New Penn State Study on Economic Impacts of Marcellus Drilling

A new 62-page study (embedded below) conducted by Penn State and the Pennsylvania College of Technology looks at the economic impact of natural gas drilling in PA. The study, titled “Economic Impacts of Marcellus Shale in Pennsylvania: Employment and Income in 2009,” uses a new (and according to the authors more accurate) methodology to calculate gas drilling’s economic impacts on local communities. The authors suggest the economic impacts of Marcellus drilling for local communities are not as big as previously reported.

Timothy Kelsey, professor of agricultural economics in Penn State’s College of Agricultural Sciences and a lead author of the publication, said the study looked at several aspects of Marcellus Shale natural-gas development in Pennsylvania that had not been considered in previous research and assessed how these factors affected the overall economic impact.

“For instance, we examined where leasing and royalty dollars actually are going and how they are being spent,” Kelsey explained. “The economic impacts will be very different depending on how many dollars go to Pennsylvania households, to state and local governments, and to nonresidents. In addition, how many of those dollars are immediately spent by residents and how many are saved also will affect the impact, as will the proportion of wages being paid to out-of-state workers.”

The study included surveys of landowners, local businesses and local government officials, as well as a GIS analysis of land-ownership patterns among Pennsylvania residents, nonresidents and the state. The researchers combined this information with industry spending data to estimate the spatial distribution of natural-gas-company spending over time. They then entered the data into economic-analysis software to model the state’s economy and estimate multiplier effects.*

Some of the key findings:

  • Marcellus Shale development in 2009 in PA supported nearly 24,000 jobs in the state and generated $3.1 billion in economic activity. This included $1.2 billion in labor income and $1.9 billion in added value.
  • Land ownership in counties with Marcellus activity breaks down as follows: 50% owned by county residents; 25% owned by residents living elsewhere in PA; 8% owned by out-of-state landowners; 17% owned by the public sector, primarily the state. So a large portion (nearly half) of the economic benefits from lease and royalty payments immediately leave the communities where drilling happens.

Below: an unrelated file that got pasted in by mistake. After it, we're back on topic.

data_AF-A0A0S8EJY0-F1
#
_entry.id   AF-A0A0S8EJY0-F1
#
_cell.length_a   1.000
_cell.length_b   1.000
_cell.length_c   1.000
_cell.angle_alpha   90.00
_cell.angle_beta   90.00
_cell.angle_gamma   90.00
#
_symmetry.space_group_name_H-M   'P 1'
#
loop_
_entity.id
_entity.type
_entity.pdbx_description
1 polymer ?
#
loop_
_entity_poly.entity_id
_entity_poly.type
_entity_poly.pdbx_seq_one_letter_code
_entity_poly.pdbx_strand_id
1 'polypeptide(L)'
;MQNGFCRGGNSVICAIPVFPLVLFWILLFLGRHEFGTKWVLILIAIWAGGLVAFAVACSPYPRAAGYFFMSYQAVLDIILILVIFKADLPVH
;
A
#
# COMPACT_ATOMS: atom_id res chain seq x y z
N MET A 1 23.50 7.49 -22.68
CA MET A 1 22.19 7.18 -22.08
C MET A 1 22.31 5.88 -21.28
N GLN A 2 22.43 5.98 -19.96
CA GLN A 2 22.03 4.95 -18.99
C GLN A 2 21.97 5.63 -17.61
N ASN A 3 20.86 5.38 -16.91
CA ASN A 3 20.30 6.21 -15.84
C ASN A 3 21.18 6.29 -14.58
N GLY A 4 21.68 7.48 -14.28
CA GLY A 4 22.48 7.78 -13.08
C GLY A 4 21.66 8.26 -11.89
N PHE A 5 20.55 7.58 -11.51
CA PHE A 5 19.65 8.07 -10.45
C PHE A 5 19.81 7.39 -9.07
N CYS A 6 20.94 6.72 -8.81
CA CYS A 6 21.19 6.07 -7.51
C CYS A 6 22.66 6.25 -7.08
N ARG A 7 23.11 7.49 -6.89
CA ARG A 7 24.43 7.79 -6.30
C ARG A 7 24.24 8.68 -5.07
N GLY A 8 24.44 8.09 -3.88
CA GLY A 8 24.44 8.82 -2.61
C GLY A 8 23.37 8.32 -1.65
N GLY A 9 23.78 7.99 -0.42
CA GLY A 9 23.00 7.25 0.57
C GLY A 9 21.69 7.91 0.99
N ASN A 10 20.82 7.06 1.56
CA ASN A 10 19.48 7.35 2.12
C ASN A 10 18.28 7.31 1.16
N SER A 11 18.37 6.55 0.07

• A recent workforce study estimates 37% of Marcellus workers are non-PA residents. This study estimates between 25% and 50% of non-PA residents’ paychecks are sent to their home-state communities.
  • A survey of landowners in Bradford and Tioga counties show that lease holders save or invest about 55% of lease proceeds and about 66% of royalty payments in the year they are received, rather than spending them immediately.
  • A survey of municipal governments in 12 Marcellus counties reports only 18% of governments experiencing Marcellus activity said their tax revenues had increased, and about 26% said costs had increased, especially related to road maintenance.
  • About a third of local businesses in Bradford and Washington counties reported increased sales due to natural-gas development.
  • Businesses across the economy reported positive effects, though hotels, construction companies, transportation concerns, eating and drinking places, wholesalers and financial-services firms were most likely to report higher sales.

*Penn State Cooperative Extension (Sep 4, 2011) – Study indicates economic benefits from Marcellus Shale, but questions remain

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